Piston Slap: The sabbatical for automotive restoration?


Mauricio writes:

Hello Mr. Sajeev,

I just bought a 1960 Porsche 356, and I want to learn how to restore it properly. Where can I learn about the proper restoration process? I have restored a MGA 1950 and a Land Rover Series II. I did it with good quality providers and original parts. The process was mostly based on common sense rather than knowledge. This time I want to do it with more ideas of what I am doing. Thanks for your help.

Sajeev answers:

Well hello, Mauricio!  Probably the best way to learn how to restore cars is to become an apprentice at a restoration shop, or go back to college and get a degree in this particular trade.

But I’ll go ahead and make a rash judgement by assuming you neither have the time nor the inclination to be that literal in your quest for automotive restoration knowledge. Since you’ve successfully restored two vintage machines with help from others, you already know one of the most important aspects of the trade: One person rarely possesses the skills, tools, and time to fully restore every aspect of a car. Especially a car as (potentially) valuable as a Porsche 356.

My advice to you is to keep it simple. Stick with one skill you’d really like to improve when restoring a car this time around.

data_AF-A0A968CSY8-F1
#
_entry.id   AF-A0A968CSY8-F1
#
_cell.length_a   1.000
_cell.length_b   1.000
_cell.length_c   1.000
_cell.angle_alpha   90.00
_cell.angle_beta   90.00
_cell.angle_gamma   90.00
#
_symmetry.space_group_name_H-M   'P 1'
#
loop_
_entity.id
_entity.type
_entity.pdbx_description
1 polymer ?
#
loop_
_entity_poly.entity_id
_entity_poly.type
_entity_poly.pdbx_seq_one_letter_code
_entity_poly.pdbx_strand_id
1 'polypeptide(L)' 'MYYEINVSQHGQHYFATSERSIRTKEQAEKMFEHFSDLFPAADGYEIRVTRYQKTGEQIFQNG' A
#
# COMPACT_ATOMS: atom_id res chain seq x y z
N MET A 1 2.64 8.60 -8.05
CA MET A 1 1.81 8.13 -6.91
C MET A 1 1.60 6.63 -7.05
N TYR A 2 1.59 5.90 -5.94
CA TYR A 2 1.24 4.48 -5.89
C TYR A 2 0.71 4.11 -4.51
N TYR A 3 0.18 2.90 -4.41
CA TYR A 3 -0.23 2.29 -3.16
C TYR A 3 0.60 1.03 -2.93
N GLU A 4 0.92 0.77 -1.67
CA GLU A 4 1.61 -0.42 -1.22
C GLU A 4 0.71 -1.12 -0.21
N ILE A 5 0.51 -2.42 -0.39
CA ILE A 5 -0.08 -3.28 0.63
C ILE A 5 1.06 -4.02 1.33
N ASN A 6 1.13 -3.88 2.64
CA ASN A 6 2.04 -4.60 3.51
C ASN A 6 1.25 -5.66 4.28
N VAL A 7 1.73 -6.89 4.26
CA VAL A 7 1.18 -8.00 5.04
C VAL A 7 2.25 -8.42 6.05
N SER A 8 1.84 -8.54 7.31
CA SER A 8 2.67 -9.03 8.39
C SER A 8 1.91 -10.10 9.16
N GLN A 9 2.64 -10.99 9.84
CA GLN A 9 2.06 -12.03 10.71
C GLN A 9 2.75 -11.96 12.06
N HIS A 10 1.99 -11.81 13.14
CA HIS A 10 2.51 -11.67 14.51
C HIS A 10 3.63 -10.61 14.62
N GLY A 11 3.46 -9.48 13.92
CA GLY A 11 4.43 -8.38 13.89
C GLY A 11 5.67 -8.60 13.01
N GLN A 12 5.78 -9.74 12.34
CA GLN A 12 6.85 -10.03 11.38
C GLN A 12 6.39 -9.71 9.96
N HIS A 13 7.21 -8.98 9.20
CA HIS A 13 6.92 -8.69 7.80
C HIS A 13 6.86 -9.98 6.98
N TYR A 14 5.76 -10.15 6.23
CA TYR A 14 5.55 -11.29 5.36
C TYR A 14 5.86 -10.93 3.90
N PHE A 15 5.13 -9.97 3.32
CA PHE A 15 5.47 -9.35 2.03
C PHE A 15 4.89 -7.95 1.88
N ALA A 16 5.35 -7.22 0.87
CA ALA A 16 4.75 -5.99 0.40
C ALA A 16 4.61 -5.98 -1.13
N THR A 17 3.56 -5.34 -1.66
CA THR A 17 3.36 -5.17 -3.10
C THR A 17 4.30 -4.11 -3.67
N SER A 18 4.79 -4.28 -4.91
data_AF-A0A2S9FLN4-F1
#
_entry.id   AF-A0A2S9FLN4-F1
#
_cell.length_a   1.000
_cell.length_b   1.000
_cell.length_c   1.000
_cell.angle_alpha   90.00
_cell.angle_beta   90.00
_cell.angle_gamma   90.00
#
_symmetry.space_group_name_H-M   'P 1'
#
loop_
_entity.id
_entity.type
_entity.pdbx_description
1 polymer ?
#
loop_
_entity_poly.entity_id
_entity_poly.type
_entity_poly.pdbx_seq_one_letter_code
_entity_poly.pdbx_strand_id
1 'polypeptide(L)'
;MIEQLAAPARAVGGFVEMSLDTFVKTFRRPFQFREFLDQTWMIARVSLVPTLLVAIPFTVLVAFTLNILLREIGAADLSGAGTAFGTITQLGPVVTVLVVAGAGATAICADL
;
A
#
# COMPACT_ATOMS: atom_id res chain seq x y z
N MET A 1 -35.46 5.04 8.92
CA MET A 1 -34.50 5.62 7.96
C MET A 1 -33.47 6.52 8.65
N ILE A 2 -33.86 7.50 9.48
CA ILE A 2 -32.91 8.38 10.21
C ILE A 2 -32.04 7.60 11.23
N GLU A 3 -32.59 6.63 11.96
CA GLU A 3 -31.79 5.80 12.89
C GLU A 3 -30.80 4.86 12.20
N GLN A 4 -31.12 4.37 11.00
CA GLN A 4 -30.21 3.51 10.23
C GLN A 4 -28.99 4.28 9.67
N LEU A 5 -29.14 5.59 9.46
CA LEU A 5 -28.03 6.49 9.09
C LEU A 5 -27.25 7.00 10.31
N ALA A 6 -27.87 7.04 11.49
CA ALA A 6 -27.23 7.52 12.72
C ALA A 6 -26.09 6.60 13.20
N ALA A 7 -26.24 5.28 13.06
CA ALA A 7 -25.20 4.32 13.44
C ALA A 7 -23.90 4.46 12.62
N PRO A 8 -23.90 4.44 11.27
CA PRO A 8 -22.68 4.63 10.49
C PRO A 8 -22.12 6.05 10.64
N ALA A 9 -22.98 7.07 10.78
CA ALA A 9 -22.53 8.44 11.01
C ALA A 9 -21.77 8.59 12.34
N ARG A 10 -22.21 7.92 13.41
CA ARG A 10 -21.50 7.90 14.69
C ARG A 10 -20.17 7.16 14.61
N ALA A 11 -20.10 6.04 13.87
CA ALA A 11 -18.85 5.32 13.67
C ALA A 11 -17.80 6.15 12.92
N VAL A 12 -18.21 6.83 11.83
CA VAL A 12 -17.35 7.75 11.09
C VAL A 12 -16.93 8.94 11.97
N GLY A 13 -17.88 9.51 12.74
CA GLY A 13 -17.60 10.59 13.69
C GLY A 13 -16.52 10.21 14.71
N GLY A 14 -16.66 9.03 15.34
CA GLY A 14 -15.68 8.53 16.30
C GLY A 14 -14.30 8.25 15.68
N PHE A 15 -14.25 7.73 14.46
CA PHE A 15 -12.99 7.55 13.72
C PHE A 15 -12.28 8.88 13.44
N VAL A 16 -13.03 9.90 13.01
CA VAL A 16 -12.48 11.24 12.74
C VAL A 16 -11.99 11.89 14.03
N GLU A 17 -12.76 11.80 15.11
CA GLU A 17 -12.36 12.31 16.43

You can focus on learning how to do paint and body work, including how to cut out rust and install repair panels. Getting that bathtub body perfectly rotund for paint will take you hundreds of hours, especially if its current paint job hides sinful repairs of the past. Or maybe learn how to do interior upholstery, which wouldn’t be too hard on a 356 if you forked over the cash for a professional-grade sewing machine. Or maybe electronics restoration. Or maybe you just want to disassemble stuff on the suspension, media blast them clean, paint them, and install a kit like this to finish off your sabbatical?

If you have all the time and resources in the world at your fingertips, learn them all concurrently. Treat this endeavor like a project manager does a 7+ figure corporate undertaking. Document everything you need on a google spreadsheet, and learn specific trades as the 356’s disassembly merits them.

  • Rust repair? That will happen after you remove all the Bondo.
  • New wiring harness? Didn’t know that was needed until I removed the (insert 356 unique part here).
  • How do I source all these missing/destroyed rubber parts? Take a vacation somewhere with WiFi and source them all at your leisure!

I can see this playing out for you, and it seems pretty awesome in my (delusional?) mind. Go ahead and make it happen Mauricio. I would love to see you make it happen!

Have a question you’d like answered on Piston Slap? Send your queries to pistonslap@hagerty.com, give us as much detail as possible so we can help! If you need an expedited resolution, make a post on the Hagerty Community!

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